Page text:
The Bagel Shop Roof

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Here in Hong Kong, rooftops are very functional, used more or less like an extra room in the house: for storage, laundry, recreation. In the past, rooftops were the cheapest places to live, and multiple families would crowd into shanties built on top of walkups and even highrises. Some of those illegal structures still remain. In March, when I visited Kwun Tong to get a new pair of glasses, I peered down from the open window of the twenty-first floor of the optometrist’s building and saw laundry hanging out to dry on the roof of a large industrial building below.

New York is another place where rooftops are put to good use. Gardens and terraces are abundant and, in Brooklyn, Rooftop Films fashions makeshift cinemas from the rooftops of old factories and other buildings. Back in 2005, Rooftop Films visited Montreal, and I attended their screening of several short films atop the TÉLUQ building at Henri-Julien and Villeneuve. Watching movies on a roof is a peculiar experience that combines the communal exuberance of an outdoor concert or film with the voyeuristic thrill of lurking about on roofs.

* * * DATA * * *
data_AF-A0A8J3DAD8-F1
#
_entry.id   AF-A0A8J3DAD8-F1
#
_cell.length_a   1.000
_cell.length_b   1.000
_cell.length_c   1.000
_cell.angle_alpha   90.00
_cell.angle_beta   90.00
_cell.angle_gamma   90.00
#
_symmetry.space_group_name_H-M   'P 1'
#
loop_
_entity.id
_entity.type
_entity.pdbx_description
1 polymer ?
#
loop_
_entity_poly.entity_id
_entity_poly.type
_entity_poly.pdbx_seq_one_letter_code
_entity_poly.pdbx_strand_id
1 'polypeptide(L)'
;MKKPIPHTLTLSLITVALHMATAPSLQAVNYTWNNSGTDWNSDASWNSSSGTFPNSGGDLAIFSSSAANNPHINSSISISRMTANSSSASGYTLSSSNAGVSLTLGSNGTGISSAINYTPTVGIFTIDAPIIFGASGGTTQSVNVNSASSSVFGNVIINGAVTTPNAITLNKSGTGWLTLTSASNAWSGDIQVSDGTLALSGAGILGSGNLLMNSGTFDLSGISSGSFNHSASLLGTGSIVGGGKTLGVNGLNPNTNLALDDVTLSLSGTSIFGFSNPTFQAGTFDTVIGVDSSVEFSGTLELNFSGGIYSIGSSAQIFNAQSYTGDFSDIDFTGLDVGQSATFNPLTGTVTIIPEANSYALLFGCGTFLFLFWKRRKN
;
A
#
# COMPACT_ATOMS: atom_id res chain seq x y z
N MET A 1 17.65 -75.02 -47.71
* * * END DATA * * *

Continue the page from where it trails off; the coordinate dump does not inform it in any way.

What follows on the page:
For a city with such an abundance of flat roofs, Montreal does remarkably little with them: there’s a smattering of roof decks, the occasional swimming pool and a handful of green roofs. For the most part, though, rooftops in Montreal were not designed to be used in any meaningful way, largely because of the city’s climate. Covered in a layer of gravel, the roofs typically slope inwards to encourage the accumulation of snow, which acts as a kind of insulation during the winter months. There isn’t much up there beyond chimneys, vents and skylights, which allow light to reach rooms with no exterior windows. What Montreal’s rooftops are particularly good for, however, is sneaking around. The iron ladders and spiral staircases of back alley fire escapes are the gateways to a secret world, a playground above the heads of unsuspecting pedestrians where quietude and surprising vistas can be found.

Last November, on a nighttime expedition to acquaint ourselves with our neighbourhood’s roofs, my friend Rossana and girlfriend Laine ended up on top of the St. Viateur Bagel Shop. It didn’t take long for us to decide that it was our favourite rooftop in Montreal: greeted by the silhouette of St. Michael’s Church, we turned around to see the even larger shadow of Mount Royal set against an amber sky. The smell of freshly baked bagels wafted up from a courtyard between the bagel shop roof and the apartment building next door.

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This entry was written by Christopher DeWolf , posted on Tuesday August 26 2008at 08:08 am , filed under Canada and tagged , , , , . Bookmark the permalink . Post a comment below or leave a trackback: Trackback URL.

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